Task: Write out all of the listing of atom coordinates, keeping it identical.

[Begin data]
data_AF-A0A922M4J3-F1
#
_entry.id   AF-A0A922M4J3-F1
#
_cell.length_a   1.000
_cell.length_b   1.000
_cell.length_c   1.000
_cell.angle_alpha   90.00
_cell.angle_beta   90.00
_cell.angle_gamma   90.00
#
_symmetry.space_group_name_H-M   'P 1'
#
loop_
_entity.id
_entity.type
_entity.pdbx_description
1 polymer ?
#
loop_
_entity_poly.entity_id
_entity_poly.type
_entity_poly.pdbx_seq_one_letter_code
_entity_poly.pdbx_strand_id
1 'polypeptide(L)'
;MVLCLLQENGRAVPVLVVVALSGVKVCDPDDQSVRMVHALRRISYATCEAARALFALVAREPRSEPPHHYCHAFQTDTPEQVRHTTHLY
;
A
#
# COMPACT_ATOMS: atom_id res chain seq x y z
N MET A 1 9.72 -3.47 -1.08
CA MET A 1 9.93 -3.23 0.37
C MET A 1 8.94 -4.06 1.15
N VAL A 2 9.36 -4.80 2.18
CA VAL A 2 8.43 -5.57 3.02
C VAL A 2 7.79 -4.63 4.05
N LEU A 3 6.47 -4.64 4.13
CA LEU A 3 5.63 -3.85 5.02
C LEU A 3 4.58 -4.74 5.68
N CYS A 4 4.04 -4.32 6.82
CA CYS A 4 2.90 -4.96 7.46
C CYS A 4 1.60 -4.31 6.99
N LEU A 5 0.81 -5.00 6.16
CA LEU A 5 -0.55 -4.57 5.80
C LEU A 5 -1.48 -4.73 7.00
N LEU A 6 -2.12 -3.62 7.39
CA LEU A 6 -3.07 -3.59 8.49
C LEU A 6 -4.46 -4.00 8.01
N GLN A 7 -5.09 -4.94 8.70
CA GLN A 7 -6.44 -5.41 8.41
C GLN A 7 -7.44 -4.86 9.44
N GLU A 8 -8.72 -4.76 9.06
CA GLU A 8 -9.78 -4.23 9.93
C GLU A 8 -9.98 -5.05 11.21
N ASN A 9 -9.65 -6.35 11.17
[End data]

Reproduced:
data_AF-A0A922M4J3-F1
#
_entry.id   AF-A0A922M4J3-F1
#
_cell.length_a   1.000
_cell.length_b   1.000
_cell.length_c   1.000
_cell.angle_alpha   90.00
_cell.angle_beta   90.00
_cell.angle_gamma   90.00
#
_symmetry.space_group_name_H-M   'P 1'
#
loop_
_entity.id
_entity.type
_entity.pdbx_description
1 polymer ?
#
loop_
_entity_poly.entity_id
_entity_poly.type
_entity_poly.pdbx_seq_one_letter_code
_entity_poly.pdbx_strand_id
1 'polypeptide(L)'
;MVLCLLQENGRAVPVLVVVALSGVKVCDPDDQSVRMVHALRRISYATCEAARALFALVAREPRSEPPHHYCHAFQTDTPEQVRHTTHLY
;
A
#
# COMPACT_ATOMS: atom_id res chain seq x y z
N MET A 1 9.72 -3.47 -1.08
CA MET A 1 9.93 -3.23 0.37
C MET A 1 8.94 -4.06 1.15
N VAL A 2 9.36 -4.80 2.18
CA VAL A 2 8.43 -5.57 3.02
C VAL A 2 7.79 -4.63 4.05
N LEU A 3 6.47 -4.64 4.13
CA LEU A 3 5.63 -3.85 5.02
C LEU A 3 4.58 -4.74 5.68
N CYS A 4 4.04 -4.32 6.82
CA CYS A 4 2.90 -4.96 7.46
C CYS A 4 1.60 -4.31 6.99
N LEU A 5 0.81 -5.00 6.16
CA LEU A 5 -0.55 -4.57 5.80
C LEU A 5 -1.48 -4.73 7.00
N LEU A 6 -2.12 -3.62 7.39
CA LEU A 6 -3.07 -3.59 8.49
C LEU A 6 -4.46 -4.00 8.01
N GLN A 7 -5.09 -4.94 8.70
CA GLN A 7 -6.44 -5.41 8.41
C GLN A 7 -7.44 -4.86 9.44
N GLU A 8 -8.72 -4.76 9.06
CA GLU A 8 -9.78 -4.23 9.93
C GLU A 8 -9.98 -5.05 11.21
N ASN A 9 -9.65 -6.35 11.17